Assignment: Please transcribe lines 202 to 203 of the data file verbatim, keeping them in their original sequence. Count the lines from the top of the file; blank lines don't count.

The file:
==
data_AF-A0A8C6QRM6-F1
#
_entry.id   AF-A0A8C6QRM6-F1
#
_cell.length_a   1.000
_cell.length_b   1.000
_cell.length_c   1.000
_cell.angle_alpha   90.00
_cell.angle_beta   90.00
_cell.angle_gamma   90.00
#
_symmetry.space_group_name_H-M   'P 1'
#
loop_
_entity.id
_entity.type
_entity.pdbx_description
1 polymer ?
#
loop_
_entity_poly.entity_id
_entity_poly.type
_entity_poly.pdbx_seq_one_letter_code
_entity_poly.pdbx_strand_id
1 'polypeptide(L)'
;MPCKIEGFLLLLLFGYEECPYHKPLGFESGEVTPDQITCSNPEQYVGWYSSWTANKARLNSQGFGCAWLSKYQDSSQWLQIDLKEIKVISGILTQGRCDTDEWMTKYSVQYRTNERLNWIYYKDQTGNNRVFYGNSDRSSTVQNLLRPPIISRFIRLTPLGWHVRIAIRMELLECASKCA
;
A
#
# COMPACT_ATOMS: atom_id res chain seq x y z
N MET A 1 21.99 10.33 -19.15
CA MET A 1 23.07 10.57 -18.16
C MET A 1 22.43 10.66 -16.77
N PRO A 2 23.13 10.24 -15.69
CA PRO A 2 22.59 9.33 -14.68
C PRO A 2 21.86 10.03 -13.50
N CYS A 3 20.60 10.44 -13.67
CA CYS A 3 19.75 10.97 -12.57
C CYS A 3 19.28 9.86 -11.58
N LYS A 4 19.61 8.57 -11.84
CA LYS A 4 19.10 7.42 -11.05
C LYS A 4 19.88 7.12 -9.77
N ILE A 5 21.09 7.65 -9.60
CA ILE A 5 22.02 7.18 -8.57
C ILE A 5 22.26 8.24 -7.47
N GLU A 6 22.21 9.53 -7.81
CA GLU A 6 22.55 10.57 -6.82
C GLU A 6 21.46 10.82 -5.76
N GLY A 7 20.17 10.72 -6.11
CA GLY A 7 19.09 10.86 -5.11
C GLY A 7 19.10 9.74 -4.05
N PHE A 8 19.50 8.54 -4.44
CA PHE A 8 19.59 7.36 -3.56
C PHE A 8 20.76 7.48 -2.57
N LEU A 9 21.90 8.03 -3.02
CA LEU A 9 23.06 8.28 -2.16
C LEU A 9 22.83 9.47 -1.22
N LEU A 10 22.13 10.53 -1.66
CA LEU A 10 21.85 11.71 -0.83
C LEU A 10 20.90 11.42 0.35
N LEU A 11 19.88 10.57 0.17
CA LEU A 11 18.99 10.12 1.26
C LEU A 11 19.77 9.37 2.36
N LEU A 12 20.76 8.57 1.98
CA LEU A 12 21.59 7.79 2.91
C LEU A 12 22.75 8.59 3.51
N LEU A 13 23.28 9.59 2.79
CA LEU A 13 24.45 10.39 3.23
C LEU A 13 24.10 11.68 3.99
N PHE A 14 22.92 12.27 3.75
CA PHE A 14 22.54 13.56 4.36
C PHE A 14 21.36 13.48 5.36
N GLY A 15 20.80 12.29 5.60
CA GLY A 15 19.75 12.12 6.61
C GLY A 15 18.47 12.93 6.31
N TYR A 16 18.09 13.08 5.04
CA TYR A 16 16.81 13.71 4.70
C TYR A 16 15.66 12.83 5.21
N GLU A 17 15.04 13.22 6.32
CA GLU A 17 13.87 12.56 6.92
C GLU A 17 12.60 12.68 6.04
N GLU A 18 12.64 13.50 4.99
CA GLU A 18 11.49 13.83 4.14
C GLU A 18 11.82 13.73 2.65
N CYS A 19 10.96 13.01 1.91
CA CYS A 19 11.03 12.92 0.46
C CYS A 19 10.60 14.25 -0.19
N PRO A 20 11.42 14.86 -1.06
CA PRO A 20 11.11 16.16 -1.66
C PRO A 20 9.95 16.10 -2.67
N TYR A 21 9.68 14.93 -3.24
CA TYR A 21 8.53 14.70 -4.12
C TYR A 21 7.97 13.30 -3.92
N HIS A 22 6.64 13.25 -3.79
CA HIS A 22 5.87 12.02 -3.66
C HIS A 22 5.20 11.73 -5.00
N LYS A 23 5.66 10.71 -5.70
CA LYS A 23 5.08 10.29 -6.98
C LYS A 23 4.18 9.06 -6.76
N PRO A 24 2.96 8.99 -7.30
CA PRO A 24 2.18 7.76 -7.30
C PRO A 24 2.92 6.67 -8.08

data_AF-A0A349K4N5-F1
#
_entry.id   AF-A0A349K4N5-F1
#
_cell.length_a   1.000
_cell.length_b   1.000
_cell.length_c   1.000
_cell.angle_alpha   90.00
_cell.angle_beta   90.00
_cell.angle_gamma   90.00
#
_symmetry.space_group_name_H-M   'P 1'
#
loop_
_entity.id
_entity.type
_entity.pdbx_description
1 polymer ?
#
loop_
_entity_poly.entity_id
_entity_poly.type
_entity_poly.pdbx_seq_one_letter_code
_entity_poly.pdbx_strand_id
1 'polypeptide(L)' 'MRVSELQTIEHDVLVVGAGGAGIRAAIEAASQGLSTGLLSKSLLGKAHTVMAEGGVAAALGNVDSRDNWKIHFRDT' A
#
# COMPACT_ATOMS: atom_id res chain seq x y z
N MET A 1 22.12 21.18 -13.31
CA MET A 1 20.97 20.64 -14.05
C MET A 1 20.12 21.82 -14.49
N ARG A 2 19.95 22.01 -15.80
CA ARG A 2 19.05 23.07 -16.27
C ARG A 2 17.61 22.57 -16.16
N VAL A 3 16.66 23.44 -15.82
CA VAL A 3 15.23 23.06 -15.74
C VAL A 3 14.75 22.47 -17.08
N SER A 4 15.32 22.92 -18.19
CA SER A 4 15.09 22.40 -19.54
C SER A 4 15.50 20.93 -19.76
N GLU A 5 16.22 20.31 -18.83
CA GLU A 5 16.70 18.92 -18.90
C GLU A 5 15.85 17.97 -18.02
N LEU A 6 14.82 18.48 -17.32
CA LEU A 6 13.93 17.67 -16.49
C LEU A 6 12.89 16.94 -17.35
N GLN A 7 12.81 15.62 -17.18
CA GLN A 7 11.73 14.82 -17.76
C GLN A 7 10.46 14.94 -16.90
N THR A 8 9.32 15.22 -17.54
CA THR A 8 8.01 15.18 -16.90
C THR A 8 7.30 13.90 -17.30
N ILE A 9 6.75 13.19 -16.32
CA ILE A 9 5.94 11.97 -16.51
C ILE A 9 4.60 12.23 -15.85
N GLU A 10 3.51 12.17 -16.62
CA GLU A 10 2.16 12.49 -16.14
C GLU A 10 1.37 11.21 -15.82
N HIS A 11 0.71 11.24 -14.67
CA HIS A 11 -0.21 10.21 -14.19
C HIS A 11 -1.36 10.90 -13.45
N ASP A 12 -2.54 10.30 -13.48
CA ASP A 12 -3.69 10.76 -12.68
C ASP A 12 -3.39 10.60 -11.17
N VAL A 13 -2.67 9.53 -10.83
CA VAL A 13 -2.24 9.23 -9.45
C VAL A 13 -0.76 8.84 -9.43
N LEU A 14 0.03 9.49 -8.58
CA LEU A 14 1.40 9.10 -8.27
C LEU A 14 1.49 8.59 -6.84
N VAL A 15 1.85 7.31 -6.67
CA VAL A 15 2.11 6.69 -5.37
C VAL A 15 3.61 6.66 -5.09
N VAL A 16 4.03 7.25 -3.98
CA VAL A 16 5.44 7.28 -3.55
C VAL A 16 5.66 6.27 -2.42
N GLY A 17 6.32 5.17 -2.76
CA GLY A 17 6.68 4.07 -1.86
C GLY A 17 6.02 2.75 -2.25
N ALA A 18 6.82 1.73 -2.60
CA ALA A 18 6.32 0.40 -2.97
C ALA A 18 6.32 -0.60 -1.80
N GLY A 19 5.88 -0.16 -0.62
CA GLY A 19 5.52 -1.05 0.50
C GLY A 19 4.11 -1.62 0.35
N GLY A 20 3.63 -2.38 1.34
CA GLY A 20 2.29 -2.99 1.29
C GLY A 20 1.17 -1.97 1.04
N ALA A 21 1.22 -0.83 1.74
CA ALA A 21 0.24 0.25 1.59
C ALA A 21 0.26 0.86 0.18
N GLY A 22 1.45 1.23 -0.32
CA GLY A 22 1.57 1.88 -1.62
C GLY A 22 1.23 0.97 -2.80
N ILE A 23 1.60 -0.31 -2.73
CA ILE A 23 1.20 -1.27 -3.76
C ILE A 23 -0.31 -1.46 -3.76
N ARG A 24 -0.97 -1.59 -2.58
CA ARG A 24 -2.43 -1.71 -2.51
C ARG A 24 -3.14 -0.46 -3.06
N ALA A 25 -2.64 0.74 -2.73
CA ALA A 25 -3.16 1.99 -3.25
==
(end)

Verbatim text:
N ALA A 25 -2.64 0.74 -2.73
CA ALA A 25 -3.16 1.99 -3.25